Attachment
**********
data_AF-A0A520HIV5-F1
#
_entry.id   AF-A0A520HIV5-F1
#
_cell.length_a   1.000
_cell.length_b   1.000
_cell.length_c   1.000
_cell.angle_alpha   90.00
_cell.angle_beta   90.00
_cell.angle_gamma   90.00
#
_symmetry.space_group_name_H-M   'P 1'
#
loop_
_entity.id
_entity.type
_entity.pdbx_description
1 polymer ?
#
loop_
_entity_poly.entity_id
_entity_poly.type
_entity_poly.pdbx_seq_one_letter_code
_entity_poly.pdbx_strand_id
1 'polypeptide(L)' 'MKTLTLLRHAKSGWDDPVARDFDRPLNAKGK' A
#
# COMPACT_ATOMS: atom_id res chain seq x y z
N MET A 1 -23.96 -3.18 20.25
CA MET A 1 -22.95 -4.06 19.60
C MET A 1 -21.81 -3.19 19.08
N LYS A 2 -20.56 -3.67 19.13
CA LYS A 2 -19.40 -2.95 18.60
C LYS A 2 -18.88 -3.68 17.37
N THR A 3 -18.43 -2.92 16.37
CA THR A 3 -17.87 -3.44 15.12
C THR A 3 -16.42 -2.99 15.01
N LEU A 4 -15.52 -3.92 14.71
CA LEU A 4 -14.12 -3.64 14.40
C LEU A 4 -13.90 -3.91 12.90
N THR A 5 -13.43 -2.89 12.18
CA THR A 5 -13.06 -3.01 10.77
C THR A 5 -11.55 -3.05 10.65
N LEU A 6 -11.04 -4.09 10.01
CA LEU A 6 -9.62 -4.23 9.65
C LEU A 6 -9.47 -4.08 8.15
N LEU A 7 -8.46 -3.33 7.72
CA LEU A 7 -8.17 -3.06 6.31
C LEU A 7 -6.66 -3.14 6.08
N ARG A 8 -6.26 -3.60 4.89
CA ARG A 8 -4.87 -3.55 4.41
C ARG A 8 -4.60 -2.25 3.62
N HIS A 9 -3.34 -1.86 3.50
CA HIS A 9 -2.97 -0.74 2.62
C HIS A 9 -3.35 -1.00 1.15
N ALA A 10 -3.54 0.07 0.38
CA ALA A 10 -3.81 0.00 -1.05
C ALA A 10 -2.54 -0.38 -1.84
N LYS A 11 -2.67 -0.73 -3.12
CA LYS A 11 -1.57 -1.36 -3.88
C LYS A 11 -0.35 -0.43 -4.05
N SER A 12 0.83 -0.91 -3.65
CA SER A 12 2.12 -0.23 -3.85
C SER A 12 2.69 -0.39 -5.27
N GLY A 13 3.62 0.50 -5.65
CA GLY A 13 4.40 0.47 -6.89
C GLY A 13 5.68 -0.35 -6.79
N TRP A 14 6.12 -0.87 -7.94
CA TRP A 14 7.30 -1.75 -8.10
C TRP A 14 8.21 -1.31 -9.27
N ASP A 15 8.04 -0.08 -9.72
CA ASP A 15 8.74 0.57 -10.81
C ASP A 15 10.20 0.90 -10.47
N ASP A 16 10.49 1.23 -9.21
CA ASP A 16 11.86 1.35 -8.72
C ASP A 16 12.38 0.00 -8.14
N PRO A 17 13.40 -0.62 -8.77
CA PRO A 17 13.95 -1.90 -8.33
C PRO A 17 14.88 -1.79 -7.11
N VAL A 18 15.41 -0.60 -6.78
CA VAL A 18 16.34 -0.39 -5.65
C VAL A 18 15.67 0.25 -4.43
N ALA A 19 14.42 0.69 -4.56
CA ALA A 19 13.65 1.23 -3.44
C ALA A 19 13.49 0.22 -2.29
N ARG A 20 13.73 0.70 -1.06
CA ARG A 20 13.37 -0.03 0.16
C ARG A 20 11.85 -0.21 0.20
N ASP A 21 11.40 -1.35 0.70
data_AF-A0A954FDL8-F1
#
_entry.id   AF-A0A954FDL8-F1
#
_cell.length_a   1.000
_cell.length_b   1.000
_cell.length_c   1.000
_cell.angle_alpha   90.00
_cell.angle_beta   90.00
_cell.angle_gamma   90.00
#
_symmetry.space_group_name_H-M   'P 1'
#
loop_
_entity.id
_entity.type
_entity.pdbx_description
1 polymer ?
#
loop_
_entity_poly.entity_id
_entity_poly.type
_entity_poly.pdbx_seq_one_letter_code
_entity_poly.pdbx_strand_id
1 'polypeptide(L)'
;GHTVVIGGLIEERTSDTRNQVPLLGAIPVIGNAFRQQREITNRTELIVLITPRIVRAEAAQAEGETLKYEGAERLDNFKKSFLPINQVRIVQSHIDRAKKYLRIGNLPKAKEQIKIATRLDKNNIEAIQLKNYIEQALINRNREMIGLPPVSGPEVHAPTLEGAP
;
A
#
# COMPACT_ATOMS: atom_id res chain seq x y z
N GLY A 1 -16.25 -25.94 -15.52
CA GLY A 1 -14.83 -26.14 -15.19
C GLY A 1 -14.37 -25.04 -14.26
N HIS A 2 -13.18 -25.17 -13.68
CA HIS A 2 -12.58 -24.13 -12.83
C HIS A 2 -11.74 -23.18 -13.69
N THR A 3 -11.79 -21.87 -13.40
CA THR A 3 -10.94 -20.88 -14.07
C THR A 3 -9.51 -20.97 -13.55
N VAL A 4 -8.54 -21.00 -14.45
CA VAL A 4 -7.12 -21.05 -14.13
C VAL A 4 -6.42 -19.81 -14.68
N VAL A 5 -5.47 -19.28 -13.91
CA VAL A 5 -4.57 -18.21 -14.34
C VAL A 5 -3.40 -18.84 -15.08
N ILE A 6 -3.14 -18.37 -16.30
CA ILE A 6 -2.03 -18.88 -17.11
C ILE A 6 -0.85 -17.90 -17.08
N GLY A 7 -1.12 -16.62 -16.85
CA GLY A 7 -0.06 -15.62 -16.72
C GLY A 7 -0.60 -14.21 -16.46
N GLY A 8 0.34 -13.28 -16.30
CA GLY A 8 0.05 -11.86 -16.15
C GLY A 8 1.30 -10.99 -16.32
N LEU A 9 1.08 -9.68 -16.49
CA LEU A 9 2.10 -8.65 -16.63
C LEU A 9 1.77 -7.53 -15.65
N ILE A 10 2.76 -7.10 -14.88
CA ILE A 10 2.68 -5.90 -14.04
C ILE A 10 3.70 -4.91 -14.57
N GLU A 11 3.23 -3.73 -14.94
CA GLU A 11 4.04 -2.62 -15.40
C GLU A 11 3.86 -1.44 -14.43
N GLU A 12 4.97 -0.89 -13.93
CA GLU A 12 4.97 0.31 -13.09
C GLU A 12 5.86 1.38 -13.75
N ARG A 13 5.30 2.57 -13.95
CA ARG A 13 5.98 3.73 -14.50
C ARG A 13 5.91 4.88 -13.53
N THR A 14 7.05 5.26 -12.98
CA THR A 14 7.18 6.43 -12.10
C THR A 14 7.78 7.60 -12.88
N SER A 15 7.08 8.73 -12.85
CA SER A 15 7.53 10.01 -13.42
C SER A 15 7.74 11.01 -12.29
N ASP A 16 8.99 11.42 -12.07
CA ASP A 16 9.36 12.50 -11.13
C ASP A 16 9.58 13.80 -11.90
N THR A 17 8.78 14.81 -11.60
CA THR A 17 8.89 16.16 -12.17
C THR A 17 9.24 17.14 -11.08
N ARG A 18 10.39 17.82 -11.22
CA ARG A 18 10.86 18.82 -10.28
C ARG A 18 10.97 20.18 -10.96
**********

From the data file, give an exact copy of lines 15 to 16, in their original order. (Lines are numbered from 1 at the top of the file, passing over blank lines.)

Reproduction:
_entity.id
_entity.type